This person has not learned how to handle his or her emotions and unfortunately, everyone else has to pay the price. This friend lashes out, resorts to passive aggression, or other detrimental coping mechanisms to deal with conflict and disappointment. Sure, nobody is perfect and getting a handle on the tricky range of human emotions is no easy task. But there comes a point where one needs to be responsible and accountable for their behavior, and constantly reverting to child-like reactions at the expense of others should not be tolerated.

8. The Flake

There are so many great people who value your time and who are excited to commit to making plans with you, why waste your energy on chasing people who don’t follow through? Sometimes people are going through life stuff that causes them to be unavailable – that is totally understandable. But those who constantly flake due to their own inability to manage their time? That gets old, fast. The friend who always says they have no time to see you? Not true. They just don’t want to prioritize their time on you.

9. The Guilt Tripper

This person has expectations of you and if they are not met, they will make sure you feel the wrath for it. These expectations revolve around them, their phase of life and their wants. Their demands come from a selfish place, and they are so blind sighted with “me” that your interests are put second. When we are kids, our friends and social circle is our number one priority in life. As we get older and have more responsibilities, things change, along with priorities. Life happens. Careers flourish. Families are created. People get sick… Friends need to be accommodating and supportive of the different changes that will take place and not use peer pressure or guilt in order to get their way.

10. The Friend Who Secretly Hates You

This friend cheers you on, exclamation points and happy face emoticons included. But in reality, they secretly just don’t like you nor want the best for. Be careful; because these people may want to appear like your friend due to strategic and calculative reasons and will likely mask their true feelings with eagerness and compliments. Your intuition always knows.

Have any to add to the list? Add to the list in the comments.

To learn more about how to change old relationship patterns, and how to create healthy ones, join my 2-hour Live Workshop on Sunday, April 25 where I’ll guide you step by step on how to become more secure in your attachment, manage emotions and our reactions to pain and create healthy relationships. Get your ticket here.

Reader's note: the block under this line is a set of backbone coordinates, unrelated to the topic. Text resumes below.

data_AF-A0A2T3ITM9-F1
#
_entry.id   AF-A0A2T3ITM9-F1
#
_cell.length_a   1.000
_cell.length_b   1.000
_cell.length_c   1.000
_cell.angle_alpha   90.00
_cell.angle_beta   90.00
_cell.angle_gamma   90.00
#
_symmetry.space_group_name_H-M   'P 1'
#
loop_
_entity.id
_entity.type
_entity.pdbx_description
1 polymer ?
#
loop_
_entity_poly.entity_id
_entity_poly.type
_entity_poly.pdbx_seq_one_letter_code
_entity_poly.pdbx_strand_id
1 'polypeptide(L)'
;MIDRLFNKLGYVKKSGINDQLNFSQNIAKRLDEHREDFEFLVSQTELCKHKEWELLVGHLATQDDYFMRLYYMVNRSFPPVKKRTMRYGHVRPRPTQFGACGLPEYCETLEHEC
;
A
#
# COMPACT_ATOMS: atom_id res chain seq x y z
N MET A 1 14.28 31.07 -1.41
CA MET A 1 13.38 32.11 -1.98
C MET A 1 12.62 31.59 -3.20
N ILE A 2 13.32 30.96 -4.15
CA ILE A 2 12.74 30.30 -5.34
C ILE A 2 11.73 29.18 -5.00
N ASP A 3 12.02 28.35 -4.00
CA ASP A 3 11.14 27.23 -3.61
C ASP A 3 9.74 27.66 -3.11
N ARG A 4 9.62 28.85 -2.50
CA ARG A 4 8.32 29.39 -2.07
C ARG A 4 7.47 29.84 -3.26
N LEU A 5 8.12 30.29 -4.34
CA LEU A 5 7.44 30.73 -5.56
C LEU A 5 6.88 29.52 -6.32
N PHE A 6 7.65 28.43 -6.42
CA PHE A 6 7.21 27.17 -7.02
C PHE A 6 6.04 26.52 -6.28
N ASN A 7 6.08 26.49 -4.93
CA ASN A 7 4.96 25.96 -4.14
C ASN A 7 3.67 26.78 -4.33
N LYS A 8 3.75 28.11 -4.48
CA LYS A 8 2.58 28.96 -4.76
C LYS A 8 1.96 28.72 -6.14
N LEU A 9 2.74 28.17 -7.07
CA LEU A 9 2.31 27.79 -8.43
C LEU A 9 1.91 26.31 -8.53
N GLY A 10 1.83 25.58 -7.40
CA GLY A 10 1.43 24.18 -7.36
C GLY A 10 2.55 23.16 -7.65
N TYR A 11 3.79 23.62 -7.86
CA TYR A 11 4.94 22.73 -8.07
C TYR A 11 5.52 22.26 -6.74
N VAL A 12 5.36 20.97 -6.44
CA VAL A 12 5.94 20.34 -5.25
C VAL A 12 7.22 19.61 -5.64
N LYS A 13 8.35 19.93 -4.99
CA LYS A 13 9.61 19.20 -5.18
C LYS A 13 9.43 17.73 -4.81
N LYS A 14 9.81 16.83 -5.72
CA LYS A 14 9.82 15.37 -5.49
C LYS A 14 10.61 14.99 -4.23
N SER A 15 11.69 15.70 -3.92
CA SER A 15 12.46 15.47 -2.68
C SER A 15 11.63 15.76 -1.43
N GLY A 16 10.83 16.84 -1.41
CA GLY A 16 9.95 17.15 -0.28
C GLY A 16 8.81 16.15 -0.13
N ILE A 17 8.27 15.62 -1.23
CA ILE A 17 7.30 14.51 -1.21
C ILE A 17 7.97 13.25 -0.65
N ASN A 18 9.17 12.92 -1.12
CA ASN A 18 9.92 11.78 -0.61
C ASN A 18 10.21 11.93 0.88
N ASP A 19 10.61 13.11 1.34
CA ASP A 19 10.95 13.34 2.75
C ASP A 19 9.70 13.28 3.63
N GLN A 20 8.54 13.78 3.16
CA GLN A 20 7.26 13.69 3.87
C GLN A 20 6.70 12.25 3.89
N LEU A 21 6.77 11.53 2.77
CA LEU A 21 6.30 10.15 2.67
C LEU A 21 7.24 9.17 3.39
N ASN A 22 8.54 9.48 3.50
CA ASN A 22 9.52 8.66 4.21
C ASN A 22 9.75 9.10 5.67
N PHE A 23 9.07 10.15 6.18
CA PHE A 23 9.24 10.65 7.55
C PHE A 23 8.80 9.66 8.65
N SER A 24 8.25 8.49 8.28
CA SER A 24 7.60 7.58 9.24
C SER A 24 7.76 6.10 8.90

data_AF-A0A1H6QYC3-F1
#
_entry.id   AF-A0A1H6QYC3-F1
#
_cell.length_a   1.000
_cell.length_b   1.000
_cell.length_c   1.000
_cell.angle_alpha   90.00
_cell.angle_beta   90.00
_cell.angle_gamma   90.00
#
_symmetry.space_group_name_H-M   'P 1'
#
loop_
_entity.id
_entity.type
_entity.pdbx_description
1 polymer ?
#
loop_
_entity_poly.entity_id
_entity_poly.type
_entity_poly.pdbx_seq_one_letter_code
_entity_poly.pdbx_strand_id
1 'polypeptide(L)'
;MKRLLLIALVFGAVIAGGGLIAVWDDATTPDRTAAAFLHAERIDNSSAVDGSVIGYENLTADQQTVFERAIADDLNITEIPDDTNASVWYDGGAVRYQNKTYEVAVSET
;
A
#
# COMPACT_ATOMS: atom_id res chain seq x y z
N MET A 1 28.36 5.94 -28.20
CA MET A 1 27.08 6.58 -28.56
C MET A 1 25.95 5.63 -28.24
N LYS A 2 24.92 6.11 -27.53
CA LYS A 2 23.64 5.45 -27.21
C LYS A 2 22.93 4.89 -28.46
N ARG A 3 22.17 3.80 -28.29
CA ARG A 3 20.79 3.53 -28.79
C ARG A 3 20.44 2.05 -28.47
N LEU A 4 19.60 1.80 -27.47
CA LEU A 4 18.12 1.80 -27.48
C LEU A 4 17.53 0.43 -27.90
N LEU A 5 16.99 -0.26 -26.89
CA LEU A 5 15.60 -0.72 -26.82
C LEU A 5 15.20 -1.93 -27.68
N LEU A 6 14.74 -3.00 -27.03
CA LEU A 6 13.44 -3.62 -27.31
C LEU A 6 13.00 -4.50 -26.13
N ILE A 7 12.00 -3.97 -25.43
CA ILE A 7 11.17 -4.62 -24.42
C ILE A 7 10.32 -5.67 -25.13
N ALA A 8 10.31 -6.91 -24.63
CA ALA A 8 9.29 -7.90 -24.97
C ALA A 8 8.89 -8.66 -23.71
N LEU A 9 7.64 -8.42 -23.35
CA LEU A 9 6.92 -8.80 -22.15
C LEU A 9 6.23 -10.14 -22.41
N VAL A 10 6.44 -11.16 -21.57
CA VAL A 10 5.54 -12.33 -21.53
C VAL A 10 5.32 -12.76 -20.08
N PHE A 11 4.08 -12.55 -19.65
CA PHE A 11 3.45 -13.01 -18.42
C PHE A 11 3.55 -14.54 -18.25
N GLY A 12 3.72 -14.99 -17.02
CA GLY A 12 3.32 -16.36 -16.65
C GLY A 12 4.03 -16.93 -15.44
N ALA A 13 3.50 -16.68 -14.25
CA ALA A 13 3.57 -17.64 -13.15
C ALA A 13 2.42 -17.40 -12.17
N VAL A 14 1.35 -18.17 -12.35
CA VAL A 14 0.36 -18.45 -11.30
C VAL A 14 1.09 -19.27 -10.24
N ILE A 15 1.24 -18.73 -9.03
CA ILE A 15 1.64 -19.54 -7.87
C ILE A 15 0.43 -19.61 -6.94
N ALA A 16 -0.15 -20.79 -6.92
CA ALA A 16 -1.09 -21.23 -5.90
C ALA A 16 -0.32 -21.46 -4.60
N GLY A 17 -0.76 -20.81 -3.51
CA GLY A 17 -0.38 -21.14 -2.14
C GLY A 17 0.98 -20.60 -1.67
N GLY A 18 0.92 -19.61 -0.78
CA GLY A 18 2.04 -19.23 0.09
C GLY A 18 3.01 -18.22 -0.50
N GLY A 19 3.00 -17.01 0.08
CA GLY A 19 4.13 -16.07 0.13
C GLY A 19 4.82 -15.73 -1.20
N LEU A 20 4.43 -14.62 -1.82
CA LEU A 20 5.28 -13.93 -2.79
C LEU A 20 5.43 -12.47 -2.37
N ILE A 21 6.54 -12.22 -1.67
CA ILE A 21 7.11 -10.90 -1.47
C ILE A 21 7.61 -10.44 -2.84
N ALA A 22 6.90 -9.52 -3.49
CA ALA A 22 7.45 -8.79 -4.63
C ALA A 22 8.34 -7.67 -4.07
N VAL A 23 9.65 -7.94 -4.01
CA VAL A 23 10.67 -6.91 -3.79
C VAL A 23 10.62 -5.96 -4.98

Written by Amy C
Amy Chan is the Founder of Renew Breakup Bootcamp, a retreat that takes a scientific and spiritual approach to healing the heart. Marie Claire calls her "A relationship expert whose work is like that of a scientific Carrie Bradshaw" and her company has been featured across national media including Good Morning America, Vogue, Glamour, Nightline along with the front page of The New York Times. Her book, Breakup Bootcamp - The Science of Rewiring Your Heart, published by Harper Collins, will be released Fall 2020. Profile
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25 Replies to “The 10 Types of Friends You Should Avoid”

  1. I think another friend that is a toxic friend is the overly competitive and jealous friend. They make everything seem like a competition, such as trying to copy you and then trying to make it their own thing and “rock” it better than you do. Or the one that tries to compete with you and see how many guys hit on them at the club, get their number, buy them drinks etc. in comparison to you, stupid things like that isn’t even worth competing over. Not to mention the back handed compliments that just shows their insecurities. But when they do compliment you, you can tell it’s insincere, and not genuine at all, like they were forced to say it because they are your friend. Don’t get my wrong, jealousy is a normal emotion to feel but to the point where they are trying to compete and make you feel smaller than they do isn’t a good friend in my opinion.

    1. Yes! The competitive friend is the worse, we’ve all had them in our lives before. And if they aren’t competing with you, it’s with someone else. It never ends.

  2. Maybe people who doesn’t have a sense of themselves are draining, because they need that much reassurance, etc from you. Also worriers are similar… Anyway, I think some people can “flow” together, and others can’t that’s probably the best thing to focus attention to.